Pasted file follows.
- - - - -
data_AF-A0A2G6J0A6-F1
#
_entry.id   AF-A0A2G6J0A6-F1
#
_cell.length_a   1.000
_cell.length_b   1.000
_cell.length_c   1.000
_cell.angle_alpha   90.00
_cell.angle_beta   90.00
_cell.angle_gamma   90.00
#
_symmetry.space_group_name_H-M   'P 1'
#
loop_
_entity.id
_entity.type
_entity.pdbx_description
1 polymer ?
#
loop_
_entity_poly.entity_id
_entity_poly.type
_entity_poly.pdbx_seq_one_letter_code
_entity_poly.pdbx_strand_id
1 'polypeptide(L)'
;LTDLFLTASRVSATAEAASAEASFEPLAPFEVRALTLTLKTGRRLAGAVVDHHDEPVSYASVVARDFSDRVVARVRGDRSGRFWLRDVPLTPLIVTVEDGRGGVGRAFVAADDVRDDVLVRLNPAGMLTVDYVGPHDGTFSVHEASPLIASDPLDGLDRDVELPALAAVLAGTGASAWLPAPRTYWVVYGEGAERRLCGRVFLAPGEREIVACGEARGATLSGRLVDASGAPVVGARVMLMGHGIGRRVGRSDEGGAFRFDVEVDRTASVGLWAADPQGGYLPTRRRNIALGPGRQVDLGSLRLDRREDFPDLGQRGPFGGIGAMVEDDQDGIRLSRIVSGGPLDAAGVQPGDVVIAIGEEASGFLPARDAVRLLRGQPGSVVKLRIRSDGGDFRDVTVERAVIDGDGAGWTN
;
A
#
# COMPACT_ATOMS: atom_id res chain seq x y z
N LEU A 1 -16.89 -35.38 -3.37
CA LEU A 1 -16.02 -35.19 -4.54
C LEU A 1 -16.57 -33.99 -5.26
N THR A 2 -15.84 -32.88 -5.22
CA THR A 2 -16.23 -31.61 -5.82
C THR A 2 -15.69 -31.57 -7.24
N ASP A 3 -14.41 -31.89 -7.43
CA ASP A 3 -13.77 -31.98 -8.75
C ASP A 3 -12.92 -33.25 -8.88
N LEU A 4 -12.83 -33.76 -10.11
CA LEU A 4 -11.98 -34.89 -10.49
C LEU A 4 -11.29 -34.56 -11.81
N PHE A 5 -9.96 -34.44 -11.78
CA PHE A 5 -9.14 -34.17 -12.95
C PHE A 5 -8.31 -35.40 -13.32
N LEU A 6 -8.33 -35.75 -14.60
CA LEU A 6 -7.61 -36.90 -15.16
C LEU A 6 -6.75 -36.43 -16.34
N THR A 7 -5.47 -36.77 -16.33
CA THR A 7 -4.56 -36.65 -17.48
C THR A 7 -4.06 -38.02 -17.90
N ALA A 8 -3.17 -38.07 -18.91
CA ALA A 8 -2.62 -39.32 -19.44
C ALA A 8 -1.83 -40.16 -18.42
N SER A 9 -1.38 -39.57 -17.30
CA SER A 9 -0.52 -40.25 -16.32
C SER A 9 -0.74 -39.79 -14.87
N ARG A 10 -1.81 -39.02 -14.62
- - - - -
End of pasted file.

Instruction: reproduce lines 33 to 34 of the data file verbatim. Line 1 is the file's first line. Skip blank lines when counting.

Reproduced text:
C LEU A 1 -16.57 -33.99 -5.26
N THR A 2 -15.84 -32.88 -5.22